How e-reserve responds to a changing user culture and copes with issues and challenges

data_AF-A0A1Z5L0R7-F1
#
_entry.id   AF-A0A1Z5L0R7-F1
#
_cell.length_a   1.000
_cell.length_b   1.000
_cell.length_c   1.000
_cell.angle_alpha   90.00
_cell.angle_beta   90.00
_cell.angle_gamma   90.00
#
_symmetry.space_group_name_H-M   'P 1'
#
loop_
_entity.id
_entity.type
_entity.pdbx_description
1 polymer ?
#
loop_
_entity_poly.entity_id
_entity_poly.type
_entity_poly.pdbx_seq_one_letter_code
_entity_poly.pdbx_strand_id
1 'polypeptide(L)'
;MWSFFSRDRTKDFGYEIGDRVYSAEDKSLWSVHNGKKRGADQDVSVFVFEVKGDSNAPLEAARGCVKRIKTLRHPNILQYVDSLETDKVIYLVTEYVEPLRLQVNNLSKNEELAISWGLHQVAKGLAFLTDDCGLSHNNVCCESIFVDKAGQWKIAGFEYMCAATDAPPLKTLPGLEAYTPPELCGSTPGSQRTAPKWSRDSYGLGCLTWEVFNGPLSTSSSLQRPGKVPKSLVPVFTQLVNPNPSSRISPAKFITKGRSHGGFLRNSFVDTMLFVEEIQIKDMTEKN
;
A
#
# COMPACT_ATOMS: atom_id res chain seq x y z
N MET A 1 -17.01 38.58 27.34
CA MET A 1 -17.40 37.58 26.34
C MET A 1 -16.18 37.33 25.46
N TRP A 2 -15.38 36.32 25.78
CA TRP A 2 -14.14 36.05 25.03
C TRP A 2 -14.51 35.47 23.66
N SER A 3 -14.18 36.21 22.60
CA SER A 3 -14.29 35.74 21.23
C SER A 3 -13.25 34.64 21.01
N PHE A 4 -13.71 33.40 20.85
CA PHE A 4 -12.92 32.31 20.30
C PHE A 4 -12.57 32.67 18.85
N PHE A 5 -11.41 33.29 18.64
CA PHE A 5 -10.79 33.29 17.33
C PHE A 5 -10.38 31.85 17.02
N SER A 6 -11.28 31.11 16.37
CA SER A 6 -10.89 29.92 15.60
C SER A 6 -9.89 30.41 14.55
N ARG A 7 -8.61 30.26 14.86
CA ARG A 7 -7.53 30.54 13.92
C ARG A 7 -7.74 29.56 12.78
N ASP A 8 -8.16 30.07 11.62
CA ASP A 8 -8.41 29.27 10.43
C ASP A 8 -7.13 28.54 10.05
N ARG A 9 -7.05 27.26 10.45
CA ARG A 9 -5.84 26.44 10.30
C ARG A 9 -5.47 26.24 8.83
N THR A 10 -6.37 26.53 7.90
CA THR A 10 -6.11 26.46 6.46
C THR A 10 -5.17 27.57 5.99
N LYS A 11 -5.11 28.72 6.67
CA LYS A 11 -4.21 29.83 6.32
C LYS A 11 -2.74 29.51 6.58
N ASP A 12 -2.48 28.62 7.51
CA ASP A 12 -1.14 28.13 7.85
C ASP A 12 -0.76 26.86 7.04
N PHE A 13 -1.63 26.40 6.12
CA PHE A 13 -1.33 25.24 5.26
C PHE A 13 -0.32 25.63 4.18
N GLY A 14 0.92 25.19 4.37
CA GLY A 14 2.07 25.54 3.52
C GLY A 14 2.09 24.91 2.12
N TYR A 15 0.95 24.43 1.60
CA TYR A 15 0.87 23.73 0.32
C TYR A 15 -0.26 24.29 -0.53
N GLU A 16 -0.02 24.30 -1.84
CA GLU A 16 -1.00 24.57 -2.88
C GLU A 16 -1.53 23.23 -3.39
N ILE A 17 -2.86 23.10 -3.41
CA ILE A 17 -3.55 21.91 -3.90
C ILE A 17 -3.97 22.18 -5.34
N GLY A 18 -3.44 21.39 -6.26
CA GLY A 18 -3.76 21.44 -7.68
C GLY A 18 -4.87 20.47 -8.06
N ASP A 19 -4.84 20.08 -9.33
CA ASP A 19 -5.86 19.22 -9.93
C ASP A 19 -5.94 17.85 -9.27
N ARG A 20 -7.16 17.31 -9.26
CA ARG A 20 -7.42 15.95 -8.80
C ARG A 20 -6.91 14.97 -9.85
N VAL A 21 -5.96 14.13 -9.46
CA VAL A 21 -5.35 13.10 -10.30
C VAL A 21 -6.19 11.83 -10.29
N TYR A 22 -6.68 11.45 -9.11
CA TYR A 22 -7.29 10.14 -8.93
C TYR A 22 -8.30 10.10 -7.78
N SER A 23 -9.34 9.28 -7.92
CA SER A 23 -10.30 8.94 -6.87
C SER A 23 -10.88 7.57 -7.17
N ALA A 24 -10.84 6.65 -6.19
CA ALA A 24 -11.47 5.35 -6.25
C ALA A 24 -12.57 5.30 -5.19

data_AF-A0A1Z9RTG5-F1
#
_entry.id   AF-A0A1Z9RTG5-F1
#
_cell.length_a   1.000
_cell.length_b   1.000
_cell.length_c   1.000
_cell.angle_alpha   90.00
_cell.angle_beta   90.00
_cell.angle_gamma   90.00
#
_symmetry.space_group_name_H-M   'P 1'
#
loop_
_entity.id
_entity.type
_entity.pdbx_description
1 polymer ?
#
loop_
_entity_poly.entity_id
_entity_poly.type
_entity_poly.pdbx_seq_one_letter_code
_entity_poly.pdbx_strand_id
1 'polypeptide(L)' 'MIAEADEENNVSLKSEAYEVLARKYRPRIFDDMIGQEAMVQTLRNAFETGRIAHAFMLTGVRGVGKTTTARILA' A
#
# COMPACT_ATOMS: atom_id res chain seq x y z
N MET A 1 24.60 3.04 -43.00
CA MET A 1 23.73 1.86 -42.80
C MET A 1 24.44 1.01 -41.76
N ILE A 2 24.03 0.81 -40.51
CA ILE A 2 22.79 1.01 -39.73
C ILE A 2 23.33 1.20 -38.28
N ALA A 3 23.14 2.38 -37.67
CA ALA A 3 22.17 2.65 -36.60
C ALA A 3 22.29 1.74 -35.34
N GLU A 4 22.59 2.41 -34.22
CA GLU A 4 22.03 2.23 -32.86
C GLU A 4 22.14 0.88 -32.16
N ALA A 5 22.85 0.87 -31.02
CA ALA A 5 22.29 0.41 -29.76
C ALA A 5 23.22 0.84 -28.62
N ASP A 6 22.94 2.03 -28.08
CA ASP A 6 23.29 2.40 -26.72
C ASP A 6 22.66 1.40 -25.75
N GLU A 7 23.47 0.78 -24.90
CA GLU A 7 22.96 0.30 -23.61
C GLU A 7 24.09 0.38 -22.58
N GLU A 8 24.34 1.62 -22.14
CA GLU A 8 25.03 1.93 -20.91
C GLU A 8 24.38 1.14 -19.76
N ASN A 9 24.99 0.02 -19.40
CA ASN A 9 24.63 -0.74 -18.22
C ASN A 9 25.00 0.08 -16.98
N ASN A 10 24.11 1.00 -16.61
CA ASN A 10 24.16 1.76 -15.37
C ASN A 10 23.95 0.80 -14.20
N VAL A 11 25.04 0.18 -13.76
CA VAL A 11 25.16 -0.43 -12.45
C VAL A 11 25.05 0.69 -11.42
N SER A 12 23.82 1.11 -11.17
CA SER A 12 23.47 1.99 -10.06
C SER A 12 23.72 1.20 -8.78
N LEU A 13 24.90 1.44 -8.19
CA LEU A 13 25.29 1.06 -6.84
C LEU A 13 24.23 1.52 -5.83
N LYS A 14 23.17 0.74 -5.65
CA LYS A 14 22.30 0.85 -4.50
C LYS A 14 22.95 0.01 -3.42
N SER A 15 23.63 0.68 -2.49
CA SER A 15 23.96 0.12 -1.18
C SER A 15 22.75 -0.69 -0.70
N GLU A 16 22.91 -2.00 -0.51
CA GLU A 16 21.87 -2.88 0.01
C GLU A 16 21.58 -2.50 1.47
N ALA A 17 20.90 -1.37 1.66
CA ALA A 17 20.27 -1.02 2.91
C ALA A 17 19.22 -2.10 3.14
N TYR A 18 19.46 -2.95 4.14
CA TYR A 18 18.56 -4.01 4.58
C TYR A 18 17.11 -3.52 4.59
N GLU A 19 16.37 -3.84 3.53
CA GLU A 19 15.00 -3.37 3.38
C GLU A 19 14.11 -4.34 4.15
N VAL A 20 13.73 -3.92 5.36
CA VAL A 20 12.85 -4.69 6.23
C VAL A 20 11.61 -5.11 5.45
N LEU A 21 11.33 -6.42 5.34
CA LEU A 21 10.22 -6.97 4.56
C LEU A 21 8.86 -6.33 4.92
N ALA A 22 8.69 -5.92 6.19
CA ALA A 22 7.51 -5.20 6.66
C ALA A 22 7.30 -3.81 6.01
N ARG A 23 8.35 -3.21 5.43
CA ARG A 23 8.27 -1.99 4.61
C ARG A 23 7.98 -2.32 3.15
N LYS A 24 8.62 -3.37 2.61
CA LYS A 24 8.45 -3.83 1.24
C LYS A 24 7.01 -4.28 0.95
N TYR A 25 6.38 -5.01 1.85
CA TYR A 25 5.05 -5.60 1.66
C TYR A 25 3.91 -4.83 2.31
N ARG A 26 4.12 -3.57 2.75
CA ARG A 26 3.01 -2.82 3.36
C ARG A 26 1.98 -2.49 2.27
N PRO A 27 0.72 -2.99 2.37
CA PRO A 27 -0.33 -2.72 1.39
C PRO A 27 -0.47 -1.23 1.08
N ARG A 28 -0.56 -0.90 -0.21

E-reserve service in libraries has been in existence since the 1990s. It was started as an electronic counterpart of print reserve (or paper reserve), which has a much longer history, dating back to the nineteenth century. Both reserve services have the same objective: facilitating students’ access to course-related materials assigned by faculty. Reserve materials include copies of journal articles, chapters from books or entire books, exams, tests, videos, CDs and lecture notes. In the case of print reserve, students visit the library and check out the physical materials for several hours or days. E-reserve, on the other hand, provides 24/7 ...

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